The new chairman of the Securities and Exchange Commission is asking Congress to approve a large budget increase to pump up the agency's enforcement, examination and risk assessment efforts.

The SEC's budget was repeatedly slashed year after year during President Bush's second term, crippling its effectiveness and forcing the agency to cut more than 400 jobs at a time when the securities market was experiencing dramatic growth, SEC Chairman Mary Schapiro said during testimony before the House subcommittee on financial services and general government on March 11.

"The agency has suffered a significant decline in staffing levels due to several years of flat or declining budgets," Schapiro said. "Between 2005 and 2007, the agency lost 10% of its employees, a decline that inevitably affected all of the SEC's major programs."

Schapiro said the current fiscal year 2009 budget is totally inadequate and if left unchanged, would require the elimination of nearly 100 additional staff positions. In fact, the SEC will require a 5% budget increase just to maintain current staffing levels, she said.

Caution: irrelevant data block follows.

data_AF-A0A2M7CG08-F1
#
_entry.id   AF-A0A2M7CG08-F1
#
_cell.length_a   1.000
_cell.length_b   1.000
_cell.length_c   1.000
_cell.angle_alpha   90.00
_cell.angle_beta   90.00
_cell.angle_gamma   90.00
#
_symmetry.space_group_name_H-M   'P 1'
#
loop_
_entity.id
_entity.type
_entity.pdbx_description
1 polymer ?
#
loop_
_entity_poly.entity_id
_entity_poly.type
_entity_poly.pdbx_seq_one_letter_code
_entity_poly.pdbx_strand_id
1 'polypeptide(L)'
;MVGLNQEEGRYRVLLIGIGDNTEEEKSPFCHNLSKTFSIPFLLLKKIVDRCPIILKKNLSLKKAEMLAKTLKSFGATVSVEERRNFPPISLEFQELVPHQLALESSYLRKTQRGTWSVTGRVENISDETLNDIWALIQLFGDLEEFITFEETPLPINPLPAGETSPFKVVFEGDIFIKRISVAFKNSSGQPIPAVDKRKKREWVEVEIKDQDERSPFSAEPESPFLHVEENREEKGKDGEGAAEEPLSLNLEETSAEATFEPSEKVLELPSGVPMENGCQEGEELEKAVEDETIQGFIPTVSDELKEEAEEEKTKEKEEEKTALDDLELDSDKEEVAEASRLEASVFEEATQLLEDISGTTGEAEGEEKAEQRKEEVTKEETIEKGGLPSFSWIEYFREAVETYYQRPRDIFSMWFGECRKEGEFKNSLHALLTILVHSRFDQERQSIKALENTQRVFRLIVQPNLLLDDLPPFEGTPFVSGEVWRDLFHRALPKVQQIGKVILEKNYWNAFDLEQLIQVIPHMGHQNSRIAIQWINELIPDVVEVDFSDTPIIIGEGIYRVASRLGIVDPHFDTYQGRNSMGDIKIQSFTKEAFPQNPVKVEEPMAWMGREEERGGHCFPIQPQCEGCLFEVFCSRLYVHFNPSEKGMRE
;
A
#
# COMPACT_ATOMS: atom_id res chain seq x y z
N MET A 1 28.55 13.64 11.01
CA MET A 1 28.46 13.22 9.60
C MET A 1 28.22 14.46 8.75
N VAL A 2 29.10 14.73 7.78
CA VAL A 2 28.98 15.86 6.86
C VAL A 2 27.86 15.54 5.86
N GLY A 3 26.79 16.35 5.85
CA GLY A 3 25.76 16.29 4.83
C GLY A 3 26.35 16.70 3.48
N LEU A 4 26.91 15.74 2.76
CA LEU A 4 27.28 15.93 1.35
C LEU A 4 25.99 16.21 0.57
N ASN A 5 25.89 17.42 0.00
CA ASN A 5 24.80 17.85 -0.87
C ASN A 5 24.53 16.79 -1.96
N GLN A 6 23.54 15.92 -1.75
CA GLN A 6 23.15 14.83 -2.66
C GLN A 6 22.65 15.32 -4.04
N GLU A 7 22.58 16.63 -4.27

"In the context of such rapidly expanding markets, I believe the recent reductions in the SEC's staff seriously undermined the agency's ability to effectively oversee the markets and effectively pursue violations of the securities laws," she said.

In order to "restore the SEC as a vigorous and effective regulator," Shapiro said the funding to her agency must go even further. She said President Obama is requesting $1.026 billion for the SEC in fiscal year 2010, a 9% increase over this year's budget.

"This proposal demonstrates the Administration's firm resolve to strengthen oversight over our financial markets," she said. "It will fund an additional 50 staff for the SEC, enhance our ability to uncover and prosecute fraud, and begin to build desperately needed technology."

The SEC plans to pump up its enforcement, examination and risk assessment programs by adding staff positions, she said, as well as reinvesting in the agency's underfunded information technology system.

A high priority will be to create a central repository system to handle tips, complaints and referrals, she said. "This is what the citizens who take the trouble to send in tips – as well as the investing public – demand and deserve," she said.

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